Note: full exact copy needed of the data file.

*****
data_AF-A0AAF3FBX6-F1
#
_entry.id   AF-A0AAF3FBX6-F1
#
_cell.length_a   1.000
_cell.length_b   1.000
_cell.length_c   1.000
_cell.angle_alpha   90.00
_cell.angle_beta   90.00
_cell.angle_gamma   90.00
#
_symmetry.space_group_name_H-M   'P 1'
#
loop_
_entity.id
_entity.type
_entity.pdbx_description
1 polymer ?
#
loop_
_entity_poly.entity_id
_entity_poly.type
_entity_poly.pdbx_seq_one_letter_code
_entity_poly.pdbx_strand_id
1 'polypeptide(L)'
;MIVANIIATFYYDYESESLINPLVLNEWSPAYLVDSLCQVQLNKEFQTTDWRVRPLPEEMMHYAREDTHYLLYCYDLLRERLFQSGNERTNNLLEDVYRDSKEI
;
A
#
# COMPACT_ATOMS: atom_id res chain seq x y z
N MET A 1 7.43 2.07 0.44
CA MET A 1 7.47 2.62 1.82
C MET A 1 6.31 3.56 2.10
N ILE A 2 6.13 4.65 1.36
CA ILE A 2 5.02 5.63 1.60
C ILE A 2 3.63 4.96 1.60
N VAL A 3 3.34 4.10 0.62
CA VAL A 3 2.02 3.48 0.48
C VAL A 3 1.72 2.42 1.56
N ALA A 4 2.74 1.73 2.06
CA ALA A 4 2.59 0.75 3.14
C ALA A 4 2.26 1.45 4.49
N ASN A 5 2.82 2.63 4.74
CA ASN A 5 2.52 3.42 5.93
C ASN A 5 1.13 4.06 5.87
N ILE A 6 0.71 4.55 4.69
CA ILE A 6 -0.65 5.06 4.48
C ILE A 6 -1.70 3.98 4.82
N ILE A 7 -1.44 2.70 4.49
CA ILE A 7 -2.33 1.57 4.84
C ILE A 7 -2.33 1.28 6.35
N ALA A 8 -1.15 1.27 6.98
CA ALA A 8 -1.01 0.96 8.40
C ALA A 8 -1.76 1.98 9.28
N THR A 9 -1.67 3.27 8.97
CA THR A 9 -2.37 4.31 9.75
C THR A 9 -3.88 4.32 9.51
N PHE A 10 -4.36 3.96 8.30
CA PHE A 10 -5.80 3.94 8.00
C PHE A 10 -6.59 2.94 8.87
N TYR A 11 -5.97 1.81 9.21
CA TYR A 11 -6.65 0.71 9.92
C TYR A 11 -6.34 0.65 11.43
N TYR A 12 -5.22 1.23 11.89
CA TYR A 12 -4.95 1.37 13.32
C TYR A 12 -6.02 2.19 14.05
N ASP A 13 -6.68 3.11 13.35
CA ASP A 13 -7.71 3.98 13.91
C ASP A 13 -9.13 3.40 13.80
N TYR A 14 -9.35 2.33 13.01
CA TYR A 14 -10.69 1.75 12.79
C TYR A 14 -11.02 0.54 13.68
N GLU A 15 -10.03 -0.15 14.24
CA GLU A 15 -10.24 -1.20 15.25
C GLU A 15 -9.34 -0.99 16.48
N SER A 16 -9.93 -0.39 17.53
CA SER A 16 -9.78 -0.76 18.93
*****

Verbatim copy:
data_AF-A0AAF3FBX6-F1
#
_entry.id   AF-A0AAF3FBX6-F1
#
_cell.length_a   1.000
_cell.length_b   1.000
_cell.length_c   1.000
_cell.angle_alpha   90.00
_cell.angle_beta   90.00
_cell.angle_gamma   90.00
#
_symmetry.space_group_name_H-M   'P 1'
#
loop_
_entity.id
_entity.type
_entity.pdbx_description
1 polymer ?
#
loop_
_entity_poly.entity_id
_entity_poly.type
_entity_poly.pdbx_seq_one_letter_code
_entity_poly.pdbx_strand_id
1 'polypeptide(L)'
;MIVANIIATFYYDYESESLINPLVLNEWSPAYLVDSLCQVQLNKEFQTTDWRVRPLPEEMMHYAREDTHYLLYCYDLLRERLFQSGNERTNNLLEDVYRDSKEI
;
A
#
# COMPACT_ATOMS: atom_id res chain seq x y z
N MET A 1 7.43 2.07 0.44
CA MET A 1 7.47 2.62 1.82
C MET A 1 6.31 3.56 2.10
N ILE A 2 6.13 4.65 1.36
CA ILE A 2 5.02 5.63 1.60
C ILE A 2 3.63 4.96 1.60
N VAL A 3 3.34 4.10 0.62
CA VAL A 3 2.02 3.48 0.48
C VAL A 3 1.72 2.42 1.56
N ALA A 4 2.74 1.73 2.06
CA ALA A 4 2.59 0.75 3.14
C ALA A 4 2.26 1.45 4.49
N ASN A 5 2.82 2.63 4.74
CA ASN A 5 2.52 3.42 5.93
C ASN A 5 1.13 4.06 5.87
N ILE A 6 0.71 4.55 4.69
CA ILE A 6 -0.65 5.06 4.48
C ILE A 6 -1.70 3.98 4.82
N ILE A 7 -1.44 2.70 4.49
CA ILE A 7 -2.33 1.57 4.84
C ILE A 7 -2.33 1.28 6.35
N ALA A 8 -1.15 1.27 6.98
CA ALA A 8 -1.01 0.96 8.40
C ALA A 8 -1.76 1.98 9.28
N THR A 9 -1.67 3.27 8.97
CA THR A 9 -2.37 4.31 9.75
C THR A 9 -3.88 4.32 9.51
N PHE A 10 -4.36 3.96 8.30
CA PHE A 10 -5.80 3.94 8.00
C PHE A 10 -6.59 2.94 8.87
N TYR A 11 -5.97 1.81 9.21
CA TYR A 11 -6.65 0.71 9.92
C TYR A 11 -6.34 0.65 11.43
N TYR A 12 -5.22 1.23 11.89
CA TYR A 12 -4.95 1.37 13.32
C TYR A 12 -6.02 2.19 14.05
N ASP A 13 -6.68 3.11 13.35
CA ASP A 13 -7.71 3.98 13.91
C ASP A 13 -9.13 3.40 13.80
N TYR A 14 -9.35 2.33 13.01
CA TYR A 14 -10.69 1.75 12.79
C TYR A 14 -11.02 0.54 13.68
N GLU A 15 -10.03 -0.15 14.24
CA GLU A 15 -10.24 -1.20 15.25
C GLU A 15 -9.34 -0.99 16.48
N SER A 16 -9.93 -0.39 17.53
CA SER A 16 -9.78 -0.76 18.93